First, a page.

It has now been eight years since the dot-com bubble burst, washing out investors in a sudsy mess.

The upside is that the painful vetting process forced the survivors to drum up viable business models and concentrate on cash flows. However, it doesn't mean that every company still standing is a rock star. There are still plenty of Internet stocks -- even successful ones -- that are ignored by Mr. Market.

There are certainly plenty of established Web companies that are worthy of your investing dollar.

  • Google (NASDAQ:GOOG) keeps growing its search engine's reach. It remains the world's undisputed leader in online advertising.
  • Amazon.com (NASDAQ:AMZN) isn't the leading online retailer by accident. As big as it may be, Amazon is still gaining market share as it broadens its categories and enhances its shopper loyalty programs.

Let's dig deeper, though. Let's unearth a few stocks that aren't as widely known in this space. You won't find any billion-dollar babies here. I will stick to companies with a market cap of at least $100 million, because we don't want to paddle too far into these uncharted waters.

Ready? Let's go.

Vocus (NASDAQ:VOCS)
Cloud computing is buzzing these days, and there's more to the booming niche than its salesforce.com (NYSE:CRM) poster child. You probably haven't heard about Vocus. It's ironic, because public relations is the company's calling card. Vocus is the leader in Web-based software for public relations management.

Despite the crummy economy, Vocus is growing. It has 3,761 subscription customers, more than the 2,911 clients it served a year ago. It expects to earn a non-GAAP profit of $0.63 a share to $0.65 a share this year, on $84.2 million to $84.7 million in revenue.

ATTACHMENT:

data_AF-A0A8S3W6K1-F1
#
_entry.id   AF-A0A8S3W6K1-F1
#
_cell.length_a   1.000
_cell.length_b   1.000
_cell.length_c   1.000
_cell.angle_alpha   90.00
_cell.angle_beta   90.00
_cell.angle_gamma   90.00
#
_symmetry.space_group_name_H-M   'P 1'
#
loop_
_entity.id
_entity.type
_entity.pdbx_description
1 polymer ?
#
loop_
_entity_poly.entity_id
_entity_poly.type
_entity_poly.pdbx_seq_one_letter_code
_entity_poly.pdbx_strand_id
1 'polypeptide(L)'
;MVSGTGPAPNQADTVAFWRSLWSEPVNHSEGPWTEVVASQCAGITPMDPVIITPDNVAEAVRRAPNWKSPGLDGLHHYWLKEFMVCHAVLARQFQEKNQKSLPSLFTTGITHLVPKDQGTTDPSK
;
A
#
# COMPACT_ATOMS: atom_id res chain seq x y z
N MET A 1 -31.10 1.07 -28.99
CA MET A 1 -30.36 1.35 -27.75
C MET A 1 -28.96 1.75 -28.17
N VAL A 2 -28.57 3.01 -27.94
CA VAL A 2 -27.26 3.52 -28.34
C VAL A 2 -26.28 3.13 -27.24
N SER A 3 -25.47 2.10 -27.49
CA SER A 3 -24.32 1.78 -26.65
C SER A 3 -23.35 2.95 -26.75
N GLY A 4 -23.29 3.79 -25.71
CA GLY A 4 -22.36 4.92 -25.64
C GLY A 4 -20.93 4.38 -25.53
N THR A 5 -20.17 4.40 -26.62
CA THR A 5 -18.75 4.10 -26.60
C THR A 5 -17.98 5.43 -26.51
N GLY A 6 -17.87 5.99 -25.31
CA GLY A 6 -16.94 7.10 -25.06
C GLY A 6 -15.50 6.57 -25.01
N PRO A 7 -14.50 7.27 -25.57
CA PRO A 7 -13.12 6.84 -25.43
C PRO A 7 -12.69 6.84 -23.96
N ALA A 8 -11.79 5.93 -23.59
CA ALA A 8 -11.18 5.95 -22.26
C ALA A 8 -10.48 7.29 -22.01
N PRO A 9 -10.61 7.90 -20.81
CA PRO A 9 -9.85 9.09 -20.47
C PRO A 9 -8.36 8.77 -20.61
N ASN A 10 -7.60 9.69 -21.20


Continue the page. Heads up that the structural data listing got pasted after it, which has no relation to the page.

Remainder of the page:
Vocus' sparkling balance sheet is also stocked with roughly $5 a share in cash and short-term investments, protecting the stock's downside until the economy does bounce back.

Move (NASDAQ:MOVE)
If you think being a Realtor has been tough over the past two years, imagine being Realtor.com. Move owns the real estate listings site, attracting 8.3 million monthly visitors to its network that also includes Moving.com and Top Producer.

Things could be better at Move. Revenue fell 11% to $54.6 million in its latest quarter. However, it has posted a profit in each of the past two quarters, and analysts see the bottom line continuing to grow from here. If Move is back in black now, the upside is huge once the real estate market turns around.

Marchex (NASDAQ:MCHX)
These aren't the best of days for the local search and performance advertising specialist. Revenues have cratered. Adjusted operating profits have fallen precipitously. The company has even been selling some of its valuable non-strategic domain names.

The upside is that analysts see revenue and earnings growing again next year. Patient investors are also being rewarded, because this is one of the few Internet companies that pay out a dividend. Quarterly distributions of $0.02 a share may seem petty, but it translates into a yield of 1.7% based on today's low price. That is likely more than what investors parking their money in money market funds are receiving.

The Knot (NASDAQ:KNOT)
As a member of the Motley Fool Rule Breakers analyst team, it wouldn't be right if I didn't include at least one active recommendation. Let's go with The Knot.

The market isn't feeling the love for the wedding planning site these days. Folks have been scaling back on their wedding day plans, if not delaying their nuptials altogether. This makes it harder for banquet hall operators, crooners, and florists to justify lofty marketing budgets.

That will change. In fact, it may already be changing. Wall Street expects The Knot to earn $0.13 a share next year and a mere $0.03 a share for 2009. Arrive early to position yourself perfectly before the bouquet is tossed.

I'll be back next week with four "under the radar" stocks in a different industry. Which industry should I cover next? Let me know in the comments box below.

The Knot, salesforce.com, and Google are Rule Breakers recommendations. Amazon.com is a Stock Advisor selection. Try any of our Foolish newsletter services free for 30 days.

Longtime Fool contributor Rick Munarriz wonders what happens if something is over the radar. He does not own shares in any of the stocks in this story. He is part of the Rule Breakers newsletter research team, seeking out tomorrow's ultimate growth stocks a day early. The Fool has a disclosure policy.